As a little series of stuff, I’m going to write retrospectives on several projects I’ve done at Berkeley. I’m going to start with the recent stuff while I still remember it.
In Fall 2012 I took Björn Hartmann’s inaugural class on Interactive Device Design, co-taught with a member of the Mechanical Engineering faculty, (Paul Wright)[http://www.me.berkeley.edu/faculty/wright/] in the spanking new CITRIS Invention Lab. The goal of the class was to educate the software-inclined in physical manufacture and the physical-inclined in software. Students turned out from a few different places, with the makeup showing grads and undergrads from EECS, Mechanical Engineering, Information, and Biomedical Engineering. We worked through several homework assignments involving implementing games and basic controls in software and hardware, as well as performing basic modeling tasks in SolidWorks.
Ultimately we split into groups for our final course projects. I had the pleasure of working with Shiry Ginosar from EECS and Mark Fuge from ME. We had a series of discussions about projects that interested us, and the theme we ended up hitting on was physical devices that had some kind of “smart” configuration aspect, for example a pair of shoes with dynamically inflatable inserts that can adjust to the user’s stance, adapt when he changes from walking to running, etc., to reduce pressure on particular areas of the foot. These types of self-configuring products are becoming more feasible as internet connectivity becomes more ubiquitous and cloud processing cheaper, just think of the Nest Thermostat.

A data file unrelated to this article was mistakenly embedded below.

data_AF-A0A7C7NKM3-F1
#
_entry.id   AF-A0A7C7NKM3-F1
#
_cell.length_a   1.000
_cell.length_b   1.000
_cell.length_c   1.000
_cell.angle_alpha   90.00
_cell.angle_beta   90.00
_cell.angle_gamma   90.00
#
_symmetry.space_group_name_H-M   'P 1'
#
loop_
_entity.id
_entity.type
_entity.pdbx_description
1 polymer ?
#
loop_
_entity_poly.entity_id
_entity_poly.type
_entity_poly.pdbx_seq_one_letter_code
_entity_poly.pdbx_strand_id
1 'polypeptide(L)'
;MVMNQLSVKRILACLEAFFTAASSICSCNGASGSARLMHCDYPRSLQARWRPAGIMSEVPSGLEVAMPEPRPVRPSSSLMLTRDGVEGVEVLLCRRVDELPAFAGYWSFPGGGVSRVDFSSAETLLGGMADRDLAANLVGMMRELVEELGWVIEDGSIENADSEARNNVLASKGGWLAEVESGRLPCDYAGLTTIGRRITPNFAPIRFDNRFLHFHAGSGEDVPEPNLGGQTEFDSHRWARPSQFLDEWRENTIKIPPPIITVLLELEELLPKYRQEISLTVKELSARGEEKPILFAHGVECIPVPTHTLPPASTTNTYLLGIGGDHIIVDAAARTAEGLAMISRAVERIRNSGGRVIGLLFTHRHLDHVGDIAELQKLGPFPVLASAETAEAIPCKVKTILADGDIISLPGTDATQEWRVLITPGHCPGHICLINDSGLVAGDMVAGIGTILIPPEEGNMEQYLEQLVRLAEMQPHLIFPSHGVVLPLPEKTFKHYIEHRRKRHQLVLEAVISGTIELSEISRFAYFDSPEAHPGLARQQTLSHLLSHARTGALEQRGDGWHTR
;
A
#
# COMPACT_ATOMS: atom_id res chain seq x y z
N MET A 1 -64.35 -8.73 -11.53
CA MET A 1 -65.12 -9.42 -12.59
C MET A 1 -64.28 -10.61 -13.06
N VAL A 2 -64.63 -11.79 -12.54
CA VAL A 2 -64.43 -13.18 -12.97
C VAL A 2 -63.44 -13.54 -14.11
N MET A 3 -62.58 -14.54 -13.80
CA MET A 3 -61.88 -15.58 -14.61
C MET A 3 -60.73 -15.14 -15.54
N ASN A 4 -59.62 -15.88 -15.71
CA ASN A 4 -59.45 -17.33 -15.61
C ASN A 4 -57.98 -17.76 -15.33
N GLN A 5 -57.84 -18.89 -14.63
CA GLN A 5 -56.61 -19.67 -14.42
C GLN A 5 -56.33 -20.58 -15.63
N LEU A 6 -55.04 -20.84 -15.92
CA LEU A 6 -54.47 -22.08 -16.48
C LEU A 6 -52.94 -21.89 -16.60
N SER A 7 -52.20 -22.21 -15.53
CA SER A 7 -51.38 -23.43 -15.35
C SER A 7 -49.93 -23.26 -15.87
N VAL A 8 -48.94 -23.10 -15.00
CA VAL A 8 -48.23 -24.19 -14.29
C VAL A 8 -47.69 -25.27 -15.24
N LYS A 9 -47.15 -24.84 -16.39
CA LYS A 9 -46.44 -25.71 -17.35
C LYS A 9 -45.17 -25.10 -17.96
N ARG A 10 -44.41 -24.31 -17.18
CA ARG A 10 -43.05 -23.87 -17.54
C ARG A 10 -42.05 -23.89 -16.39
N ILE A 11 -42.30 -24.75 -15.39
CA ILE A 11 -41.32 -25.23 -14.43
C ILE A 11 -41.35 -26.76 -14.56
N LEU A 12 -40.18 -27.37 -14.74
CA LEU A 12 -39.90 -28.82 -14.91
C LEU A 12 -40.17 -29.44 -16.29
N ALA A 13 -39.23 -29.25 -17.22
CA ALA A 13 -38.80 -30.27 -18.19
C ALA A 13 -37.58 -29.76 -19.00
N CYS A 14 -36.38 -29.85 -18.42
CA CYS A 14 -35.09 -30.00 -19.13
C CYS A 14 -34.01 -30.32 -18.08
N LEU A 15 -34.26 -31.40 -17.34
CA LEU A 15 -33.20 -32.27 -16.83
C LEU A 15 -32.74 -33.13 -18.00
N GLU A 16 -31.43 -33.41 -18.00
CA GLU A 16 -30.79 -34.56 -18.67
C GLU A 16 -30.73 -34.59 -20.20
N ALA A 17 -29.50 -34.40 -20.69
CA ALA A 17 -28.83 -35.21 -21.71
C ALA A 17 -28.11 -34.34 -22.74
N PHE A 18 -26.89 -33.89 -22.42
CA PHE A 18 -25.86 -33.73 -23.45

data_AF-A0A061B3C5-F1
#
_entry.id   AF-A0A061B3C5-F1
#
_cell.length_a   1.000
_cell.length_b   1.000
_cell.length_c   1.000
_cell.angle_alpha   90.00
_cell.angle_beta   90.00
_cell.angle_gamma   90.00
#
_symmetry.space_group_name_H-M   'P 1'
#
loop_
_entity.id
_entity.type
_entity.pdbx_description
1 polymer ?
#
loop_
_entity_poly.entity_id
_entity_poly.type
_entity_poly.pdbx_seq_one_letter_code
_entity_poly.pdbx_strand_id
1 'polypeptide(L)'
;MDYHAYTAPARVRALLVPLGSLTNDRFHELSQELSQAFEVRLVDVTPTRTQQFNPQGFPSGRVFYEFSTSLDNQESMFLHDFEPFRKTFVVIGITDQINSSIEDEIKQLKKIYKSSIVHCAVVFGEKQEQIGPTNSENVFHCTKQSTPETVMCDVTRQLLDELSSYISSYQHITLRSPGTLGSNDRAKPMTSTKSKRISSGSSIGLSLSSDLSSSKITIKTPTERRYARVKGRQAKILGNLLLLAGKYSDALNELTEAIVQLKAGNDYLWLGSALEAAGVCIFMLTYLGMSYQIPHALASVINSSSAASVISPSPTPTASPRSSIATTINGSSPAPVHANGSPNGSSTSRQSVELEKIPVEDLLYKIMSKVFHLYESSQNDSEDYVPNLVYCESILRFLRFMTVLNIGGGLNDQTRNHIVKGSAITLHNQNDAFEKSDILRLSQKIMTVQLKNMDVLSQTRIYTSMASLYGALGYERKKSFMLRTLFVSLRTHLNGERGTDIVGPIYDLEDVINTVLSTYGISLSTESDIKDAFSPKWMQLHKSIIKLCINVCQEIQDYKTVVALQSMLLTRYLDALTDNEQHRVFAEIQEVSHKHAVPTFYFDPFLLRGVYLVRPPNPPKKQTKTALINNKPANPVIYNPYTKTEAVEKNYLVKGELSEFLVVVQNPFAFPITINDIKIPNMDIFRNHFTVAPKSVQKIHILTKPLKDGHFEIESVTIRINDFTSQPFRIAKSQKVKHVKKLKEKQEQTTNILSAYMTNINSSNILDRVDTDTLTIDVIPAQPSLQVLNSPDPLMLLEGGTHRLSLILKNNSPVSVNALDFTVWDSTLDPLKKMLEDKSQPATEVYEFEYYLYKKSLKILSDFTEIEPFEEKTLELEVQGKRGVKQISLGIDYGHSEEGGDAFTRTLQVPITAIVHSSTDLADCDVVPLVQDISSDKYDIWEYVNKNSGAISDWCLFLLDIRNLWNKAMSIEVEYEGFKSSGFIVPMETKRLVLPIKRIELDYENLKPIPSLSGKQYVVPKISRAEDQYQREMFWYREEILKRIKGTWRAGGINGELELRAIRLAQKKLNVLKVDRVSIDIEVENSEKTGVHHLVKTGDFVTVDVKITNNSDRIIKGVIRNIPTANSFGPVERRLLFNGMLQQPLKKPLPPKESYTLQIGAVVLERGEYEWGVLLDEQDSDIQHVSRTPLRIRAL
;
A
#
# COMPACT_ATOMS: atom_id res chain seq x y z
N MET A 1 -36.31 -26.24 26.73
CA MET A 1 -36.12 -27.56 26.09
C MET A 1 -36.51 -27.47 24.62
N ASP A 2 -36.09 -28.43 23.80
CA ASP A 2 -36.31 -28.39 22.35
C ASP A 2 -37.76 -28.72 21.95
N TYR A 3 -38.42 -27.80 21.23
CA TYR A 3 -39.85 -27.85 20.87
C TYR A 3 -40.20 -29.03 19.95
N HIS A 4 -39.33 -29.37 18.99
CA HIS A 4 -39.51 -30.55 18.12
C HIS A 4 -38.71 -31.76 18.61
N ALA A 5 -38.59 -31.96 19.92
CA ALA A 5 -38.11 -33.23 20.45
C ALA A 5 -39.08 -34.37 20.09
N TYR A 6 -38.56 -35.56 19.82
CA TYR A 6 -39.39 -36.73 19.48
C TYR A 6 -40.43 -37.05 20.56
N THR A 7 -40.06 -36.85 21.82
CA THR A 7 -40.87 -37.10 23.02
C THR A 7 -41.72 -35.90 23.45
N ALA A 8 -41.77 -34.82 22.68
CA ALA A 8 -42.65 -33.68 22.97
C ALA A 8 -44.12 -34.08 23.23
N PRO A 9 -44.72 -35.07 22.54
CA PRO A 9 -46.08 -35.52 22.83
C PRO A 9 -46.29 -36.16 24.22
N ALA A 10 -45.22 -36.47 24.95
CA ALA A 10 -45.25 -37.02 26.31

The project we finally decided to pursue was a water-conserving gardening tool, which we call H2O IQ. Inspired by water shortages in both California and Shiry’s home country, Israel, we set out to investigate what it would take to build a device that can be planted in the garden, attached to a drip irrigation system, and forgotten about.
It turns out, not that much. It also turns out that’s not what people want. As a part of the project milestones we were required to do preliminary user interviews. As it happens, gardeners enjoy the time they spend in the garden, and none of them liked the idea of a computer taking over. So much for our machine-learning self-adapting dreams.
Instead, we headed in the direction of a notification system. Our garden device would share soil with a plant and alert its owner when the moisture was too high or too low, prompting action on their part. It could also, of course, serve as a backup watering device in the case the owner is on vacation or otherwise unable to water.
We ended up with H2O IQ, which looks like this:
And works like this:
The 3D printed piece has a solar panel on top for power, a servo for controlling water flow through the irrigation system (connected at the nubs), an XBee for communicating with the Pi upstream, four buttons for changing the watering schedule in-garden, and a moisture sensor built from cast plaster.
The Raspberry Pi functions as a webserver, and can communicate with the device via XBee radio. It serves a website that allows the user to see a graph of the watering history of the plant, as well as perform a one-time automatic watering or set a schedule of future watering.
We didn’t actually have time to test the product in the course, but we made a final presentation at the end which you can see on Google docs. All of our code, SolidWorks models, and Eagle files for circuitboards (as well as a teensy bit of documentation…) can be found on Github.
It was an interesting course project that led into some territory I’d not explored before, but which I suspect I’ll need as I delve deeper into the world of hardware.